AC Lyles: Film producer who worked in Hollywood for 75 years


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The Independent Online

AC Lyles, who died on 27 September at the age of 95, rose from mail boy to producer at Paramount Pictures and became the studio's longest-serving employee during a tenure that lasted more than three quarters of a century. He was 18 when he arrived in Hollywood from his native Florida to work in Paramount's mailroom in 1937. There, as the person who delivered fan letters, the outgoing Lyles became friendly with most of the major stars of the era, including Bob Hope, Bing Crosby, Dorothy Lamour and William Holden.

His celebrity contacts were invaluable when Lyles started producing such Westerns as The Young and the Brave, Stage to Thunder Rock, Apache Uprising and Johnny Reno in the 1960s. He persuaded friends such as Joel McCrea, Randolph Scott, Jane Russell and Dana Andrews to appear in his films, even talking Cagney into directing one of them, the gangster movie Short Cut to Hell.

Studio executives had recognised Lyles' breezy manner years earlier and promoted him to the publicity department. Soon he was named publicity chief for Pine-Thomas, Paramount's B-picture arm. After Pine-Thomas folded in the 1950s, Lyles convinced Paramount bosses he could produce saleable films with well-known if slightly faded stars on low budgets. He was also credited as associate producer on nine episodes of the hit TV series Rawhide. His last producer credit was for the 2005-06 HBO series Deadwood.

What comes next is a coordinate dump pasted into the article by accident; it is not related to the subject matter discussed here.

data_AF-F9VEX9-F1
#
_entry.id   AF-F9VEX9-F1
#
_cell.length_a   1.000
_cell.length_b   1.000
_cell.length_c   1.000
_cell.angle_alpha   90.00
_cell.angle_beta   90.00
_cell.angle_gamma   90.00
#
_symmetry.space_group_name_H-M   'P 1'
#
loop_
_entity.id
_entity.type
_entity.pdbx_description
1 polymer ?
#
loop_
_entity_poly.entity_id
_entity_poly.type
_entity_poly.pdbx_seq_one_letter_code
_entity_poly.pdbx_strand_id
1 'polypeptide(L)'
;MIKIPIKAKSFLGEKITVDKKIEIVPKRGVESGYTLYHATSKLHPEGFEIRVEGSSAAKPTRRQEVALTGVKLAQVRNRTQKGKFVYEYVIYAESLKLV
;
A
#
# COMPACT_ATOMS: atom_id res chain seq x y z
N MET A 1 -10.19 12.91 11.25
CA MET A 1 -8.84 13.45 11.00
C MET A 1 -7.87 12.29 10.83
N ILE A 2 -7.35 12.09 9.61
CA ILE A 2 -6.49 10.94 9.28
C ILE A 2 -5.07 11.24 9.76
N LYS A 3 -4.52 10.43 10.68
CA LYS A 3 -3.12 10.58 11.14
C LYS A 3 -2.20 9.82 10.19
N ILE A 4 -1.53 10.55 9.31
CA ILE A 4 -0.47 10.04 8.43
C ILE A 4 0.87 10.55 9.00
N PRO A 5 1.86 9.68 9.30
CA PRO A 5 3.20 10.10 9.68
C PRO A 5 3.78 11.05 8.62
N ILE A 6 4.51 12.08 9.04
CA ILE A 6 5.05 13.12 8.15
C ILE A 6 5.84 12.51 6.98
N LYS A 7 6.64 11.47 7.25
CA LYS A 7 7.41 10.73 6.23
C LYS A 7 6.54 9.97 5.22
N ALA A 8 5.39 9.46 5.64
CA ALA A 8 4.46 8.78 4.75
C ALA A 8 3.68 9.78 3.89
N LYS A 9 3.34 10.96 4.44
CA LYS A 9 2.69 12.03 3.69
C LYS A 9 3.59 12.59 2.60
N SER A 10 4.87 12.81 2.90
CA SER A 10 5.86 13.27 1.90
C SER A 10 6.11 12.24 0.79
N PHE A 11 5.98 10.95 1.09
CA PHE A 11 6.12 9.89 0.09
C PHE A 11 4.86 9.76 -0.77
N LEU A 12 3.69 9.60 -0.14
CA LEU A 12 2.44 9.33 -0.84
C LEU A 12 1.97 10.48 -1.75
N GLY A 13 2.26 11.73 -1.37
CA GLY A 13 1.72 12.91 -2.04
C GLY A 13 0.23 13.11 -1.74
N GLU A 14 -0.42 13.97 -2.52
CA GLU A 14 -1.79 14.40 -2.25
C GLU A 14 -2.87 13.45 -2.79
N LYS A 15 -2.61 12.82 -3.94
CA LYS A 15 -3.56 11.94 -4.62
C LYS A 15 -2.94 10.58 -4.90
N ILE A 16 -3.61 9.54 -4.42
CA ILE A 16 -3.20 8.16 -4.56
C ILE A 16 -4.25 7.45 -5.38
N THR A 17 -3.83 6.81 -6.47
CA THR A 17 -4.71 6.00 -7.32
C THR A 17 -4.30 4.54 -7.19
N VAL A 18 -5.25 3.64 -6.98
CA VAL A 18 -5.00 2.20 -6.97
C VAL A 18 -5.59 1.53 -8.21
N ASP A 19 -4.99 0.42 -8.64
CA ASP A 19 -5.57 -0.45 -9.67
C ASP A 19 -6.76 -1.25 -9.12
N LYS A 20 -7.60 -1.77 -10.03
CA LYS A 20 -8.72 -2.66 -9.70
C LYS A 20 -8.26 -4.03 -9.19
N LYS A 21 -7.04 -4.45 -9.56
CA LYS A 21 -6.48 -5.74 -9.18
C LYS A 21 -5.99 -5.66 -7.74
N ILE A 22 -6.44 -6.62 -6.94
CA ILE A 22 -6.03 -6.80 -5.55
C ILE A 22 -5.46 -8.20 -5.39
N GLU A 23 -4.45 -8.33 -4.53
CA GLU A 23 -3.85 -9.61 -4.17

As Paramount's ambassador of goodwill, Lyles appeared regularly in his later years at festivals, colleges and nostalgia conventions to talk about the studio's legacy and its current product. He also welcomed visiting notables to the studio and conducted tours of the Paramount lot.

Lyles worked well into his nineties, operating out of a suite once occupied by Fred Astaire and bedecked with photographs of the many stars Lyles had been friends with. Until the past year he would arrive at the studio every day in his mint-condition 1955 Ford Thunderbird. "I love my job," he said in a 1998 interview. "If the studio was open on Saturday and Sunday, I'd be there on those days, too."

Lyles said he went to work for Paramount aged nine, distributing bumper stickers for the company's theatre in his hometown of Jacksonville, Florida. He left for Hollywood as soon he graduated from high school. Throughout his life, Andrew Craddock Lyles went by the initials AC, explaining that it was an old Southern tradition.